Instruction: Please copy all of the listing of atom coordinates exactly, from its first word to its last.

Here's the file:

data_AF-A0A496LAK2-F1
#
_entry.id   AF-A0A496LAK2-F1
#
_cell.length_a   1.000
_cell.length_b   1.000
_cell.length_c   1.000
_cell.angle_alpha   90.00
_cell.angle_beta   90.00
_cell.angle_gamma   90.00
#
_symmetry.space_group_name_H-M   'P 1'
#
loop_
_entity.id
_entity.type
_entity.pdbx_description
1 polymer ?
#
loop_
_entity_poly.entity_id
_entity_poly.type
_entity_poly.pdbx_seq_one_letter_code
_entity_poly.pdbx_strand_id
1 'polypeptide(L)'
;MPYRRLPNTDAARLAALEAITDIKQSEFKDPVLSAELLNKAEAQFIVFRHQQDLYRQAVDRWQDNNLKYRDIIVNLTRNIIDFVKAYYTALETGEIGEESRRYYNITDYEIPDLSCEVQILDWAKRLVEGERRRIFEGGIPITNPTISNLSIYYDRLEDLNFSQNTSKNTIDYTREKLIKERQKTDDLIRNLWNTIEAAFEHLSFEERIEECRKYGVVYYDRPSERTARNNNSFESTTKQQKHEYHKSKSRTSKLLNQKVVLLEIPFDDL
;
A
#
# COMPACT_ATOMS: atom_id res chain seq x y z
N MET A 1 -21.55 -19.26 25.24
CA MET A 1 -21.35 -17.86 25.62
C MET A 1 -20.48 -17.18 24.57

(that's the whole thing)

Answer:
data_AF-A0A496LAK2-F1
#
_entry.id   AF-A0A496LAK2-F1
#
_cell.length_a   1.000
_cell.length_b   1.000
_cell.length_c   1.000
_cell.angle_alpha   90.00
_cell.angle_beta   90.00
_cell.angle_gamma   90.00
#
_symmetry.space_group_name_H-M   'P 1'
#
loop_
_entity.id
_entity.type
_entity.pdbx_description
1 polymer ?
#
loop_
_entity_poly.entity_id
_entity_poly.type
_entity_poly.pdbx_seq_one_letter_code
_entity_poly.pdbx_strand_id
1 'polypeptide(L)'
;MPYRRLPNTDAARLAALEAITDIKQSEFKDPVLSAELLNKAEAQFIVFRHQQDLYRQAVDRWQDNNLKYRDIIVNLTRNIIDFVKAYYTALETGEIGEESRRYYNITDYEIPDLSCEVQILDWAKRLVEGERRRIFEGGIPITNPTISNLSIYYDRLEDLNFSQNTSKNTIDYTREKLIKERQKTDDLIRNLWNTIEAAFEHLSFEERIEECRKYGVVYYDRPSERTARNNNSFESTTKQQKHEYHKSKSRTSKLLNQKVVLLEIPFDDL
;
A
#
# COMPACT_ATOMS: atom_id res chain seq x y z
N MET A 1 -21.55 -19.26 25.24
CA MET A 1 -21.35 -17.86 25.62
C MET A 1 -20.48 -17.18 24.57